As I have said in How I Work and 4 Guiding Principles, counselling, at its best, must be flexible and responsive to who you uniquely are and what you need. There is no such thing as ‘one size fits all’ in this work. We also don’t have to start from scratch, with no resources at all. As well as the creative methods I have written about elsewhere on this website, I have specific trainings that underpin what I do as a counsellor.
1. Person-centred approach
When I first trained as a counsellor, I was inspired by the Person-centred approach that focuses on how people experience themselves. Through this, I learned that
- each of us has our own unique view of the world
- each of us is fundamentally competent, trustworthy, and forward-moving
- each of us ultimately has the ability to make positive changes for ourselves
This empowering approach is the bedrock on which I base much of my practice.
2. Gestalt (pronounced g’shtalt)
With the Gestalt approach we learn to become aware of what we are thinking, feeling, doing – and choosing – ‘right here, right now’. It helps us move beyond our past, and beyond our habitual patterns of behaviour and reaction that don’t serve us well. This involves:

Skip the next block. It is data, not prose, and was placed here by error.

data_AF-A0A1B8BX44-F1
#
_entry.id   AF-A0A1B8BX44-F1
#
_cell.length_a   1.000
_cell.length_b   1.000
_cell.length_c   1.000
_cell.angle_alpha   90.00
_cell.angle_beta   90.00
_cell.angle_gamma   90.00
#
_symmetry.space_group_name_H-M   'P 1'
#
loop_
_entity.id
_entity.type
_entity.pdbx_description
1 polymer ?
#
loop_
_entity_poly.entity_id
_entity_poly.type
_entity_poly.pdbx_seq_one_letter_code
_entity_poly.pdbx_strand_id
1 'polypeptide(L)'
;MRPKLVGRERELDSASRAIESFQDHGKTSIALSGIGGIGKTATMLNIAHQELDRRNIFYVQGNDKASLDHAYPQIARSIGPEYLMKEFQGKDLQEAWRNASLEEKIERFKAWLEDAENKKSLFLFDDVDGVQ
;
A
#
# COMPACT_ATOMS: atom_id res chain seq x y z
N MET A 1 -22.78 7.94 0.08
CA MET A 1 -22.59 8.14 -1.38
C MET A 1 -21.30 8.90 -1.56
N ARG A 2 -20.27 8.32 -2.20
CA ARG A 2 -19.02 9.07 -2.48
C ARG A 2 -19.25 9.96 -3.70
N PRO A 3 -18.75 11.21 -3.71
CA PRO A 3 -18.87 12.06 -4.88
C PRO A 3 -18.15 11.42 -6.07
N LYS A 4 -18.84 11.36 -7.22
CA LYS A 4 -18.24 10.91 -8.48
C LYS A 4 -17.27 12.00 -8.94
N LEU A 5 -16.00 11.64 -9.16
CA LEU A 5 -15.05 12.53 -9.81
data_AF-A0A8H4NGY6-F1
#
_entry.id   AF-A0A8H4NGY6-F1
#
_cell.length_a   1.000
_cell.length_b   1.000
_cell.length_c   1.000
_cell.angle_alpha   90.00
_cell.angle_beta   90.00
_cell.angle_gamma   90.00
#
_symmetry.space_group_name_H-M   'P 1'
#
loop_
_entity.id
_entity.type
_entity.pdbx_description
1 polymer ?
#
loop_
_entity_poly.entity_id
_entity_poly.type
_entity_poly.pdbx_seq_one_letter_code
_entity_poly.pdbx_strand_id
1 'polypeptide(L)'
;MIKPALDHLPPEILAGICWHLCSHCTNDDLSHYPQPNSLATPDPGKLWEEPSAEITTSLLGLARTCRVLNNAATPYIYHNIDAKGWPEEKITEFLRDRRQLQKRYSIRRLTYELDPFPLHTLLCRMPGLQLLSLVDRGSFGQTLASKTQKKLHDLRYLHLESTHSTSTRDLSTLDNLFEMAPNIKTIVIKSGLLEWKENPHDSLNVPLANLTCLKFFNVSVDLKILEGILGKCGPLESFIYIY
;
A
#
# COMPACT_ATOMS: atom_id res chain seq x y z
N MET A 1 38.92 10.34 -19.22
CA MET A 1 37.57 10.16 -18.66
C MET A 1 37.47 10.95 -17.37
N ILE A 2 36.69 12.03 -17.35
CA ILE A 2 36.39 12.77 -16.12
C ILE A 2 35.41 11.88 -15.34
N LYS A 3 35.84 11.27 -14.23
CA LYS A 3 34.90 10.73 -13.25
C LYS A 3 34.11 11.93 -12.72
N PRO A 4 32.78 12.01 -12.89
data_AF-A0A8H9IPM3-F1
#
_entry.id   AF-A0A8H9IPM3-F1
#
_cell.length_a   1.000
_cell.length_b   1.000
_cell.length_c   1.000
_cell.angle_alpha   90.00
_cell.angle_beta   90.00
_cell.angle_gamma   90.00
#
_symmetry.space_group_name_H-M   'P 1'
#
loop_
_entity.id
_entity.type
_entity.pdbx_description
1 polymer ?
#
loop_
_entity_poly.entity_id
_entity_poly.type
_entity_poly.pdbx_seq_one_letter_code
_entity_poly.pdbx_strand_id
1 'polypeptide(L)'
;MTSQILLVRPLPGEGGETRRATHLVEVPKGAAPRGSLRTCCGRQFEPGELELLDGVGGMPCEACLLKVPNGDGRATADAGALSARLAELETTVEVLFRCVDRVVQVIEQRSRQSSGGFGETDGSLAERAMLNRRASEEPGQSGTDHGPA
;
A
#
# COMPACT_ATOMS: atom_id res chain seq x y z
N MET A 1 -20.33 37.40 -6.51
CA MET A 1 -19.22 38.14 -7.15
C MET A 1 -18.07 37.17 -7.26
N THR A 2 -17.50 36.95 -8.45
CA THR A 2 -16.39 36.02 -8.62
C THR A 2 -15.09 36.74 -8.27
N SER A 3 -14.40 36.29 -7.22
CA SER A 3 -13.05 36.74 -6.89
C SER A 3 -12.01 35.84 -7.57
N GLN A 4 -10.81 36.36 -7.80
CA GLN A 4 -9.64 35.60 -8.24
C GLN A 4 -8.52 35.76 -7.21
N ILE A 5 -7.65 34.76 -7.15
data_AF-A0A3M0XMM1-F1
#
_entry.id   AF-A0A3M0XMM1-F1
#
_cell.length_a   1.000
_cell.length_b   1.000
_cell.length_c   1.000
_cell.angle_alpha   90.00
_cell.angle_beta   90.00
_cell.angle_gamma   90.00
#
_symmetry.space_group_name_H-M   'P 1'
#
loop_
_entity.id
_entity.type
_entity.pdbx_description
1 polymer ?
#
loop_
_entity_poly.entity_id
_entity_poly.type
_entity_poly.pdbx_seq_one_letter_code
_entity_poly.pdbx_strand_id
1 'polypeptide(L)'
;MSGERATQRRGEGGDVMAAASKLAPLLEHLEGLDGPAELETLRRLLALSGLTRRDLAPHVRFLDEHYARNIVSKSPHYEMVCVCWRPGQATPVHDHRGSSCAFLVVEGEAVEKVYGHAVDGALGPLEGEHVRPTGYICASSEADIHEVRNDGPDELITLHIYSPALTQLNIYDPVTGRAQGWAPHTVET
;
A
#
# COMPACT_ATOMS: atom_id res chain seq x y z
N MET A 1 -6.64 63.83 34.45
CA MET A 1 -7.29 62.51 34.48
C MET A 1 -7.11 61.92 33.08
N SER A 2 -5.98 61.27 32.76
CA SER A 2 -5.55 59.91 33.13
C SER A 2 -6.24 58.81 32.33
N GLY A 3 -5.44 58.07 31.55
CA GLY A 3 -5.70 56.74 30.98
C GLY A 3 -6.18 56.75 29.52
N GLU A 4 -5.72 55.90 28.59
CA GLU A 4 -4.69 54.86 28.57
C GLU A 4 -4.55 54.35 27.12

- embracing body and mind in a holistic approach
- attending to current experience as a starting point for discovering ourselves and our blocks to growth
- exploring unresolved situations that are causing concern
- identifying and reclaiming parts of ourselves that have been suppressed
- fully experience and appreciate how we relate to ourselves and interact with the world
Ultimately, the aims of the Gestalt approach are to try out new ways of being ‘here and now’, find more fulfilling ways of living our life, and move toward the experience of wholeness.
3. Solution focussed brief therapy
In the Solution Focussed Brief Therapy approach, we acknowledge present problems and past causes, but we don’t dwell on them, over-analyse, or get caught in perpetuating our experience of suffering. Rather, this approach is goal-oriented, focussing on solutions. So we explore our current resources and future hopes – helping us to look forward and use our own strengths to achieve our goals.
This is approach can be used with a wide variety of situations. It’s very useful in initial sessions, and with couples, in almost every session as we build on what is working in the relationship before looking at any issues or problems.
4. Cognitive behavioural therapy (CBT)
CBT combines cognitive and behavioural therapy. This approach works particularly well with issues of anxiety, stress and depression. It focuses on how we think about what is going on in our life, and how this impacts on the way we behave and deal with emotional problems. It then looks at how we can change any negative, unhelpful thinking patterns or behaviour that may be causing us difficulties. In turn this can change the way we feel. Through this process, we learn a set of principles that we can apply whenever we need to.